The startup uses new techniques in molecular science and DNA sequencing to identify and develop products. It raised an undisclosed Series A round of funding in H1-2017, according to the upcoming AgFunder AgriFood Tech Report.
This subsection of ag biotech encompasses a range of different technologies and processes, largely focused on improving the efficiency of feed as well as the health of animals.
Agrivida is an animal feed additive startup using the corn plant as a factory to produce enzymes that will promote efficiency in poultry, swine, dairy, and beef cattle.
Calysta produces feed, as well as energy and other industrial materials, through the biotransformation and gaseous fermentation of sustainable, low-cost feedstocks such as soil and methane. It raised $40 million in Series D funding this year from Japanese trading house Mitsui & Co, and including Singapore state investment fund Temasek.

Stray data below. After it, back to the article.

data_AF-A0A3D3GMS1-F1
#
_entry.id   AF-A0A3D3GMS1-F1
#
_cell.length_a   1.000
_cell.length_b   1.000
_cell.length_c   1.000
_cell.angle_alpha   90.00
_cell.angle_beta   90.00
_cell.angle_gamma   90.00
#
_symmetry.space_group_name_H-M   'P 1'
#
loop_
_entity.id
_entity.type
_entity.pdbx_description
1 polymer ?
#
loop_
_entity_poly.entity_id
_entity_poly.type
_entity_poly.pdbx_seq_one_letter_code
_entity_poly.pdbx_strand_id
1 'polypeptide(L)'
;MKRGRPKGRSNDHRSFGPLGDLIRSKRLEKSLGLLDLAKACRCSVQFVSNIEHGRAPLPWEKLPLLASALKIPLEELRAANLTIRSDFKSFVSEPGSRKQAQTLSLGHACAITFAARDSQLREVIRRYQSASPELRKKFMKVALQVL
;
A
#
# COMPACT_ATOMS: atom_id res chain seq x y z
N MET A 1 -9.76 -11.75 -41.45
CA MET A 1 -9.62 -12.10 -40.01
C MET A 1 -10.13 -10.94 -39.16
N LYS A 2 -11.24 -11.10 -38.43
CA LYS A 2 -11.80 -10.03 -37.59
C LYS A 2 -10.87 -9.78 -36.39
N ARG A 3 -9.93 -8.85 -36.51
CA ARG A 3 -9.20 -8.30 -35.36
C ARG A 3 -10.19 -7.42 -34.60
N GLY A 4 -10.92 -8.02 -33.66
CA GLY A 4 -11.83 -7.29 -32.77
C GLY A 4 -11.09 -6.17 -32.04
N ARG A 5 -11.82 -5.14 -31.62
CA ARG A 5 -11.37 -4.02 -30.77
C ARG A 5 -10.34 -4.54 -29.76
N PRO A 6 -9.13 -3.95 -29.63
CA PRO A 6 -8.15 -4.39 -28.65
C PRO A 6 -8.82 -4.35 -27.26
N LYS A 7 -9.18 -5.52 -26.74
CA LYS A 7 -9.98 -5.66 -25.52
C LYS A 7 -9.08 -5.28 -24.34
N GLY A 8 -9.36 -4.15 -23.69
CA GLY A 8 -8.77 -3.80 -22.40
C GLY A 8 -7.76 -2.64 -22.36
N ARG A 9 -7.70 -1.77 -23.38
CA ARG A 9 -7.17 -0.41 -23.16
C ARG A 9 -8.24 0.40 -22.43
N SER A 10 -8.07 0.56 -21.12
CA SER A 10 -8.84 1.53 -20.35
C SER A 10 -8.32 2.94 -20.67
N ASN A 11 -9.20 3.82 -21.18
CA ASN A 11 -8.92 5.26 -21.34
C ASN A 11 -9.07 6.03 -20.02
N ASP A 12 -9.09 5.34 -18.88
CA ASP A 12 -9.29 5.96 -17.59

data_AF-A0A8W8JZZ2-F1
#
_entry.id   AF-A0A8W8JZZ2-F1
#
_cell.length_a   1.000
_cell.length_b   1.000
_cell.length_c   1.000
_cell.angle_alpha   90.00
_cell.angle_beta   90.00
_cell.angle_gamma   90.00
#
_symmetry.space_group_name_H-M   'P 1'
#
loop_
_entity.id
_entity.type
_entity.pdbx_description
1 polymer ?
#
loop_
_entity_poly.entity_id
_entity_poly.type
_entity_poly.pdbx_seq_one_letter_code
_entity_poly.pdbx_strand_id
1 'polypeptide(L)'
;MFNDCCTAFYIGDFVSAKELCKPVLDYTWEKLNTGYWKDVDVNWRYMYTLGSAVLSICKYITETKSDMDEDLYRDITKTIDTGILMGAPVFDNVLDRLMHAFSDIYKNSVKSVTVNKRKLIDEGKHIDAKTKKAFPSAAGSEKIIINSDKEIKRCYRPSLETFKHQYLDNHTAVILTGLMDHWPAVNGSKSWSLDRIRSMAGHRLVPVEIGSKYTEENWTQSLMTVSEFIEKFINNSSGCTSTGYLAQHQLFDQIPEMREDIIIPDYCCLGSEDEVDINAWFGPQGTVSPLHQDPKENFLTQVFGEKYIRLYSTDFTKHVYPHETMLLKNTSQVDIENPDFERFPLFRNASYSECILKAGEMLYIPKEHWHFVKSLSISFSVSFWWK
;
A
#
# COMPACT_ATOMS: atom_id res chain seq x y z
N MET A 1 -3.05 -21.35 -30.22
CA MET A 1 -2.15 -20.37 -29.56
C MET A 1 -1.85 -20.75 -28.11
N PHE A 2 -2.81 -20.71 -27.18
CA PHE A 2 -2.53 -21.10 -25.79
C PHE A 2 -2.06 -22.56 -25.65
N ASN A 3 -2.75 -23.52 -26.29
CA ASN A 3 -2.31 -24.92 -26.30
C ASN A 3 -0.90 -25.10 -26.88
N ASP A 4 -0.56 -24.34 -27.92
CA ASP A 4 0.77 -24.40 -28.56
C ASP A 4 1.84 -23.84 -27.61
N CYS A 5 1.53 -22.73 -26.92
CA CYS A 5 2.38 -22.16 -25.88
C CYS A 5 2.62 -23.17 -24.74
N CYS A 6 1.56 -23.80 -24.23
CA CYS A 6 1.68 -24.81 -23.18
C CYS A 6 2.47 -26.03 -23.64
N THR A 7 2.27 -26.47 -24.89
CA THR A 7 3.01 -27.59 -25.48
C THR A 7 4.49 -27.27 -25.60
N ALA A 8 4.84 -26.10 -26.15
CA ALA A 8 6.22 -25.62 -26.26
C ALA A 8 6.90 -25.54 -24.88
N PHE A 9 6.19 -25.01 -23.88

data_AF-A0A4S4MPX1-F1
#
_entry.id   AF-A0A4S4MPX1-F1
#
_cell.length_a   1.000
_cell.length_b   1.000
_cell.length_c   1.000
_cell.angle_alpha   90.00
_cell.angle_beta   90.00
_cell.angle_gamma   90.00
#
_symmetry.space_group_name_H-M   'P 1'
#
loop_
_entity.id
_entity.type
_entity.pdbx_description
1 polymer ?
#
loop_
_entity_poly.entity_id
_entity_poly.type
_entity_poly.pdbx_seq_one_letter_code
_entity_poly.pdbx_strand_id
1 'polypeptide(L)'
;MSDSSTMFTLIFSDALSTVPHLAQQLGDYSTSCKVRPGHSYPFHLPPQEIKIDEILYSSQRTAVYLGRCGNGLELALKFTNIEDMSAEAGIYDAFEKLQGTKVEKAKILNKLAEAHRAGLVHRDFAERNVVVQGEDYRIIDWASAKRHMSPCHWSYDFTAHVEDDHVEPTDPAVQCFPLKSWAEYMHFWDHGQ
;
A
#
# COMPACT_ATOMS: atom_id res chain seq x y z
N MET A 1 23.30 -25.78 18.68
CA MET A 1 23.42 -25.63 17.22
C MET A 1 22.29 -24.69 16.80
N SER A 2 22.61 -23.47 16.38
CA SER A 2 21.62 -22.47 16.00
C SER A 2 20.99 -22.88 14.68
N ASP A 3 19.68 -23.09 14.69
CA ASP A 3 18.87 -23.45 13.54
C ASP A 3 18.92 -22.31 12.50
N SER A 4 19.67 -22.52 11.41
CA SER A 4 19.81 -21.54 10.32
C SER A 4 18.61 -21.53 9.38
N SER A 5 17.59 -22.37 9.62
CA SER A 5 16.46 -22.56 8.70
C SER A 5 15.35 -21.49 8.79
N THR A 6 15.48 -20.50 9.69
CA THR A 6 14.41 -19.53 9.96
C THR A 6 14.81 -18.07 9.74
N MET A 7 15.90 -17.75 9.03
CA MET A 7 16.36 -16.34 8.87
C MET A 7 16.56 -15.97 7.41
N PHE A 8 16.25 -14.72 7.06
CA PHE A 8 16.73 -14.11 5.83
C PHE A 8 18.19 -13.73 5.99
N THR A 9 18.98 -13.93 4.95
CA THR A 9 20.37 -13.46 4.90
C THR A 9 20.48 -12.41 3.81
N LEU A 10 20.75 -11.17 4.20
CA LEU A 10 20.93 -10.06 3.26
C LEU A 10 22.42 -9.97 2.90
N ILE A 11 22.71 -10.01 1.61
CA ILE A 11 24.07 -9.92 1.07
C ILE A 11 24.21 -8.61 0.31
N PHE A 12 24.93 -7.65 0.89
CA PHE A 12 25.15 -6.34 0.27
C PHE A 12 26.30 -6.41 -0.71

Arvegenix develops, genetically improves, and commercializes field pennycress as an oilseed crop that is used to produce oil for industrial and renewable fuels, as well as meal for nutritious livestock feed. It raised $2.4 million in an extension to its Series A round from a series of investors including Monsanto Growth Ventures, according to AgFunder data.
Stay tuned for the AgFunder AgriFood Tech Report coming out soon for more in-depth investment data on ag biotech and other categories! Sign up to our newsletter to make sure you receive the report!